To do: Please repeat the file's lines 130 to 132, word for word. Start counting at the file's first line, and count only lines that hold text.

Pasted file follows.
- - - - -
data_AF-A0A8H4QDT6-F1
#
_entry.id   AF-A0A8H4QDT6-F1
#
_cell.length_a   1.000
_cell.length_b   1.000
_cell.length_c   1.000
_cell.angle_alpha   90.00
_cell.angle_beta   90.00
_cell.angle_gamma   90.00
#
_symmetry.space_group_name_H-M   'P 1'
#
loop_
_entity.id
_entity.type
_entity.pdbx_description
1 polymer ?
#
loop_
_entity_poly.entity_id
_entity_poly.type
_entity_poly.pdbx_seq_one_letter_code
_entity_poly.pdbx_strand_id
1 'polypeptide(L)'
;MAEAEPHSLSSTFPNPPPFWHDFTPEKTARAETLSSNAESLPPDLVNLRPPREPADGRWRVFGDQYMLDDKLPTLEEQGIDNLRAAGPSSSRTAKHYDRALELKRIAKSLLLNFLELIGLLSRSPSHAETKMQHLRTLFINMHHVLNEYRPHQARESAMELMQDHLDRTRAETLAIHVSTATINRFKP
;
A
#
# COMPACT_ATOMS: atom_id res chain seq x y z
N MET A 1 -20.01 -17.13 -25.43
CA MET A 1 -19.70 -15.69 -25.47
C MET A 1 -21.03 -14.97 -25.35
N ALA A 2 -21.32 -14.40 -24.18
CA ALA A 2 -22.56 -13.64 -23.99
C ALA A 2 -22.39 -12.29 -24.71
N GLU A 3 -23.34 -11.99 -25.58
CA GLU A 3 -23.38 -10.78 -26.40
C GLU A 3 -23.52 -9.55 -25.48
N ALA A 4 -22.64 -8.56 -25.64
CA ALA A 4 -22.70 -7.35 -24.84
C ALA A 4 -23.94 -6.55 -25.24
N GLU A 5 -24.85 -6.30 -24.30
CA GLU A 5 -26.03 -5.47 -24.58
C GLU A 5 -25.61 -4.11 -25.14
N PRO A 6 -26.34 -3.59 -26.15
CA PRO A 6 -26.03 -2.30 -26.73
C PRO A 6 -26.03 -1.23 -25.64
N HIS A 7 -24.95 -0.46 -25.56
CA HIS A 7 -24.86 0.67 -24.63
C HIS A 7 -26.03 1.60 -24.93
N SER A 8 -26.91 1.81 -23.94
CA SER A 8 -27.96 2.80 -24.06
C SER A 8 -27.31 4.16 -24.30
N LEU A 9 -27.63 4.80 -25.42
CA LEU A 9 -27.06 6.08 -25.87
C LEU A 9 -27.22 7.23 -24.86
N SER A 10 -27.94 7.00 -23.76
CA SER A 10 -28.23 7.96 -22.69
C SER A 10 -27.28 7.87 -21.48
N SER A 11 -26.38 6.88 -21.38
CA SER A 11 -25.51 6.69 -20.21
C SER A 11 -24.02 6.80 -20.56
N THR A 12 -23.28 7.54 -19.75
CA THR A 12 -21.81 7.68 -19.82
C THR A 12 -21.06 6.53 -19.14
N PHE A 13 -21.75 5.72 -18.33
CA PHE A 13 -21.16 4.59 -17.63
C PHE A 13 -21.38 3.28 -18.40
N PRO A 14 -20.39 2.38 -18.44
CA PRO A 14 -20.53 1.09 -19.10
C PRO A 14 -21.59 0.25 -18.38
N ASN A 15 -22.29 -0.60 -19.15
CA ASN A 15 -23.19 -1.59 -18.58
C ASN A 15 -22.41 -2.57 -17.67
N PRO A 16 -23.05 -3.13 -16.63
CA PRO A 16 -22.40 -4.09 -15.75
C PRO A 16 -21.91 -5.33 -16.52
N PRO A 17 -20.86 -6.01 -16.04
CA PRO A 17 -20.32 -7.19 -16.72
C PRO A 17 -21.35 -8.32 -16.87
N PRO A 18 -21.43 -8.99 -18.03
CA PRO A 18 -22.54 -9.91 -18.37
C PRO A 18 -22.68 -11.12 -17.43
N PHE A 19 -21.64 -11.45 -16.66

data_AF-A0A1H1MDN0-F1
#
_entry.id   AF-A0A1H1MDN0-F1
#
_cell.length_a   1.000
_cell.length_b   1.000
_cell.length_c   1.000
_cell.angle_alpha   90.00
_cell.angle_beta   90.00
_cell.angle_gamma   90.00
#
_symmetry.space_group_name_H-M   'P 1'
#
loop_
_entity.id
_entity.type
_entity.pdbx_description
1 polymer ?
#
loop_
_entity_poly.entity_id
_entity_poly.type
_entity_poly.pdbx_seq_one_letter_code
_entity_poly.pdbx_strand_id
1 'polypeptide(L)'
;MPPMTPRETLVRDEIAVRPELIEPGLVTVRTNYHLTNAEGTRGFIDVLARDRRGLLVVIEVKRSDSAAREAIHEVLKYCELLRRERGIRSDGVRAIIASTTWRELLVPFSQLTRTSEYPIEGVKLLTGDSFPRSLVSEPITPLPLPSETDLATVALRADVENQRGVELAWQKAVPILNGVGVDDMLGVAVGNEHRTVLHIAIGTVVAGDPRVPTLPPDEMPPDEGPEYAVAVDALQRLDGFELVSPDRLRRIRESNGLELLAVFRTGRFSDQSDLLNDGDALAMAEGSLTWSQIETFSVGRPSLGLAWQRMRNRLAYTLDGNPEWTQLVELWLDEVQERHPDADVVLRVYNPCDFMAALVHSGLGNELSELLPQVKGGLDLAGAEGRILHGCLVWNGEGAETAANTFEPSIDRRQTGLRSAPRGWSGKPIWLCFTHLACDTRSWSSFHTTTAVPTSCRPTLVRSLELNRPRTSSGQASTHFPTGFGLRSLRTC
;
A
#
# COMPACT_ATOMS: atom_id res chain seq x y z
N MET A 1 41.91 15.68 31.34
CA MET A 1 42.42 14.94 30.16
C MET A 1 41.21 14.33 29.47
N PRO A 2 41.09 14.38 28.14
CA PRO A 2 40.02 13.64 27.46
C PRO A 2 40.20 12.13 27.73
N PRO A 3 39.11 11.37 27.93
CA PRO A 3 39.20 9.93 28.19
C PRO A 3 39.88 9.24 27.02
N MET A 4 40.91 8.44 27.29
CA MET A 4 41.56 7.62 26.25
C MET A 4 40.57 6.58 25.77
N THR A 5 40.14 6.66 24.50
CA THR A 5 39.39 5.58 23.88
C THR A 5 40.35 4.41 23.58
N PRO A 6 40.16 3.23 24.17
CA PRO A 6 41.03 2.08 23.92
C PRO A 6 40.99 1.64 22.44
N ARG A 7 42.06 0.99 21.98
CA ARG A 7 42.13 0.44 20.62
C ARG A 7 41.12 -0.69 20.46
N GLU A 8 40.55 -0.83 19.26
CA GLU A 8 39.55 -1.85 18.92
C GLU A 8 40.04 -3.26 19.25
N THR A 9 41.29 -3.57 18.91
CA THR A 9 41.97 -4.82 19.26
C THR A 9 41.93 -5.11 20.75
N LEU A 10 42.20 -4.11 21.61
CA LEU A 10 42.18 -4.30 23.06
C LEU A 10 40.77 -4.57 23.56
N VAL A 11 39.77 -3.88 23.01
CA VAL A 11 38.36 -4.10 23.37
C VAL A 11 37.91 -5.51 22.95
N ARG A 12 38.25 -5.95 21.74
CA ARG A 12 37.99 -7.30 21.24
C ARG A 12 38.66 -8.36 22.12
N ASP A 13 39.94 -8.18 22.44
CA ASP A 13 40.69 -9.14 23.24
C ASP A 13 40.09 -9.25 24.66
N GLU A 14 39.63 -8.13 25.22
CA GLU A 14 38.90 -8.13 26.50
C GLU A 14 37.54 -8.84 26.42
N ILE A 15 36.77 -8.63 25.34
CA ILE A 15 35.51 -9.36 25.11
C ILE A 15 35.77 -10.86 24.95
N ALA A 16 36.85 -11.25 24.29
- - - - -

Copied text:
C THR A 5 40.35 4.41 23.58
N PRO A 6 40.16 3.23 24.17
CA PRO A 6 41.03 2.08 23.92